Battle for Wisconsin #7: How do we win?
Its pretty clear that we are in an all out class war here and everyone seems to know it. Organized labor all across the United States knows it, they're sending people here and looking at what to do at home; non-union workers know it and they're moving forward their demands and tactics (like today's occupation of the GOP office by ADAPT disability activists); and obviously, Walker, the Legislature, the Koch Brothers and the entire capitalist class knows it and they're out for a complete crushing victory.
There was a moment yesterday when the question was posed, "Will the Republicans reign in Walker?" The answer, I think, is that they will not. Executives at Koch Industries issued a statement saying that after the leaked Walker prank they are more determined than ever to push this thing through. They know that backing away from Walker will cede some ground and they've realized that if they can get this thing through completely as is, it will deal a crushing blow to the movement that's emerged. But their decision is not without its costs: the Wisconsin Professional Police Association issued a statement saying that they will not clear the capitol out, as demanded by the Legislature, and in fact they will be joining the sleep-in. Moreover, the scene inside during the Assembly vote this morning was unbelievable: representatives were throwing paper and cups of water, confronting Republicans chanting "SHAME! SHAME!" There are serious cracks in the order of things, and while there are still many legislators, State Patrol and Capitol Police who may be following orders, these are signs of defection.
As more layers come out against the bill, we're once again at the position of looking not only at what a win is, but how does that happen? The win here has to be a complete defeat of the bill, no concessions. That's had to evolve, but as the alliance of forces has come together and we see how much both sides have invested in this, a win must mean that the whole bill goes. If the union-busting parts are thrown out and the rest goes through, not only do we have the objective reality of cuts to everything imaginable, the movement coalition will be shattered because non-union workers will know that they were abandoned. What's more, we know that the full budget will be unveiled on Tuesday, which will be even worse than this bill. If we have any hope of fighting that budget, we have to have the morale and experience of winning that must come from beating the bill.
So how do we do it? How do we actually kill the whole bill, what does that look like? This is the trickier part. For people who get this far, the notion is typically that we find three Republican Senators to change their vote and we're in the clear. I think that's a mistake. First off, we have no guarantee that if they agree to change their votes that they will actually vote that way if the fourteen Senators are recalled. Walker himself said that he wanted to bait them with just this kind of move. Second, and this is less serious, even if we could win like that, the way in which we will matters. If they agree to change their votes and the Democrats come back, that kind of victory would be credited more to the Senators than to the people who made it happen; it has the danger of co-opting the independent working class movement. Obviously, if it comes down to this kind of victory or no victory, take the fucking Senators' for the victory!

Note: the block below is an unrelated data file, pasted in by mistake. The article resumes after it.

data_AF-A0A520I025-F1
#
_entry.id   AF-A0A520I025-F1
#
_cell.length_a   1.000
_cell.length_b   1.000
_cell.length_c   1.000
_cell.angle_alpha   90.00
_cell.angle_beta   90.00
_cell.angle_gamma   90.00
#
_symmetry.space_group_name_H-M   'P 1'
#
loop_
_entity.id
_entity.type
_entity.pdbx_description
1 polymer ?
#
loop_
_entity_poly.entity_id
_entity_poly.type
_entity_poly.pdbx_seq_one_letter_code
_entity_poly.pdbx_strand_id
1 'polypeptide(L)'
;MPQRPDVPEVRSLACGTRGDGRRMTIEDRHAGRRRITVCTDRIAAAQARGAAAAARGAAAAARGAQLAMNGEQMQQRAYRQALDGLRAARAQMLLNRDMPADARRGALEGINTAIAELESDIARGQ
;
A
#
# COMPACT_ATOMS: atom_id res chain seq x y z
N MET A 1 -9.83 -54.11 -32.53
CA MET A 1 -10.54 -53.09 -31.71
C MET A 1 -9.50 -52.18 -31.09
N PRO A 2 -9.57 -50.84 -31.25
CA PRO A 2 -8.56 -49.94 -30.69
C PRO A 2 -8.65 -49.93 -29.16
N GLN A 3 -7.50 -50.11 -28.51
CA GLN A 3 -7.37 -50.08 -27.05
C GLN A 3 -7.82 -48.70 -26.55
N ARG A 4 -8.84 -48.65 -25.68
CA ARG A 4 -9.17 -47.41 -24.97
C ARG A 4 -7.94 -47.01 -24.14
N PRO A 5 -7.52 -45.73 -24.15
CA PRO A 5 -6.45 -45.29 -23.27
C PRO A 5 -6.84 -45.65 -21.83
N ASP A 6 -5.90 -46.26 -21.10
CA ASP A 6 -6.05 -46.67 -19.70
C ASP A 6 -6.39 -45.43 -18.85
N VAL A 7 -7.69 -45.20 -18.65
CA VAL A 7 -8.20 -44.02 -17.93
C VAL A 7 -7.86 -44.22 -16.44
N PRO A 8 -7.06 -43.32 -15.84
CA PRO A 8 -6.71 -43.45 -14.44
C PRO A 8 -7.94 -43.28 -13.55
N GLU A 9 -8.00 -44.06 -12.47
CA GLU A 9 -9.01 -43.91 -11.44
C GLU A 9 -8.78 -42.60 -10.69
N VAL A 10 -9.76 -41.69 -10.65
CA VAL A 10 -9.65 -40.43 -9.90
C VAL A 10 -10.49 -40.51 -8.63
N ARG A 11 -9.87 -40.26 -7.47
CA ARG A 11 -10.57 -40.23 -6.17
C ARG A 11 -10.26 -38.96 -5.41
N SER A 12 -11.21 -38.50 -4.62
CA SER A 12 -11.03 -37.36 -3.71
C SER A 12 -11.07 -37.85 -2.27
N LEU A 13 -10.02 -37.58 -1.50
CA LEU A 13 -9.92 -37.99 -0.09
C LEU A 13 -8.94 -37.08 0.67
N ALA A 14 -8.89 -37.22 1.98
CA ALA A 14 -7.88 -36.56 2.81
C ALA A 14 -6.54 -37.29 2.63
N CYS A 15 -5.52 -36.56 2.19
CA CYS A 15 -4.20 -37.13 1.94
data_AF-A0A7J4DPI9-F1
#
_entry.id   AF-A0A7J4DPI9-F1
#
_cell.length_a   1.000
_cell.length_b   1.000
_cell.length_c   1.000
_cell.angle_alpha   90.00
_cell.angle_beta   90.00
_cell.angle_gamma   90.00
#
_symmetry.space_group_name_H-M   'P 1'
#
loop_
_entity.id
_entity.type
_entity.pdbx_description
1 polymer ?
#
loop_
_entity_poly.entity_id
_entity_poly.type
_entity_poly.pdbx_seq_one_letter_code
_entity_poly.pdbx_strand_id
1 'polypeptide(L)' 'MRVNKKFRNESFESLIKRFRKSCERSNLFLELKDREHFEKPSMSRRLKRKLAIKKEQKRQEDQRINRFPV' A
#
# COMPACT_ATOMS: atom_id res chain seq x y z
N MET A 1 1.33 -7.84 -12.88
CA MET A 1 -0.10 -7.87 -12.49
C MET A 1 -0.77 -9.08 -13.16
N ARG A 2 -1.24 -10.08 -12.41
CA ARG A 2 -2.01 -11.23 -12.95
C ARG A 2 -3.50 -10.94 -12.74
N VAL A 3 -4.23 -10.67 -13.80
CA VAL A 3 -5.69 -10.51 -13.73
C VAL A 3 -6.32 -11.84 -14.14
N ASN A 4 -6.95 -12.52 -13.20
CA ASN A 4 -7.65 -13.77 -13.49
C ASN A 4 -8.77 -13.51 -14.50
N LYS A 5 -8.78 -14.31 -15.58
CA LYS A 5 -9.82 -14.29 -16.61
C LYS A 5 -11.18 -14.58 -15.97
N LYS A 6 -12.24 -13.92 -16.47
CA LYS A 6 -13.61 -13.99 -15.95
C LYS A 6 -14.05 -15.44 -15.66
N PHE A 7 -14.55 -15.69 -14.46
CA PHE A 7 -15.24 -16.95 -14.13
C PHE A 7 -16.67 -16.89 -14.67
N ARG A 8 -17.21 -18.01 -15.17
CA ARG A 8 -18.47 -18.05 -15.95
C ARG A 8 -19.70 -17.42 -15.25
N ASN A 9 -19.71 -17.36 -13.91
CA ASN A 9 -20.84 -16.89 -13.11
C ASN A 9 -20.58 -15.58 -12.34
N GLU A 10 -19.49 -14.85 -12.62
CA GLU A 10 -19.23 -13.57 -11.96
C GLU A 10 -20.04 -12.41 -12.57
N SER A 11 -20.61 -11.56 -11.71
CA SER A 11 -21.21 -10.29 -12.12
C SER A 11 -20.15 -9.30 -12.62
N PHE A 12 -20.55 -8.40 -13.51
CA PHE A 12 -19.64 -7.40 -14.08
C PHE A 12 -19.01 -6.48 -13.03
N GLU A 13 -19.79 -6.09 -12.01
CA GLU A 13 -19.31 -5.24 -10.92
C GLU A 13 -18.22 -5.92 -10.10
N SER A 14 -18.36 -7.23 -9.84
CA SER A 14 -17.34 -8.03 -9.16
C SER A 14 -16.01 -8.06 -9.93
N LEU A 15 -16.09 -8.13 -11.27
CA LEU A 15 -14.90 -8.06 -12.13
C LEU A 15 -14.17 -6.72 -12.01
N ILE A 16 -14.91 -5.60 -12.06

What seems the most sensible, the safest and surest way to beat the bill is to force them to withdraw it. If the Assembly vote is ruled illegal (they violated Assembly rules), it'll buy some more time and it gives more possibility for them to withdraw the bill from that chamber. More likely, it'll have to be withdrawn from the Senate since they're the ones that have the most political pressure on them and have become the symbol for where the movement's power lies.
Its not for me to say which course must be taken because its contingent on the development of the struggle. But what is clear about both options is that the only way the bill can be either voted down or withdrawn is with immense popular pressure. We've gotten this far because of the pressure the movement has put on, through the sit-ins blocking the Legislature from meeting, the sleep-ins at the capitol, the enormous rallies and now the actions on specific targets. The Assembly Democrats have only gone as far as they have because of the critical mass of people and to kill this thing the social cost of the bill will have to raise even more.
It remains to be seen if Walker's maneuvers, intimidating teachers and doctors, working through the courts and militarizing the capitol, will have the effect he's hoping they'll have, or if the coalition can survive the increasing presence of the international unions and their organizing staff who are attempting to undercut the influence and impact of local militants, but if today has shown us anything its that this is a general working class revolt and we should expect more surprises.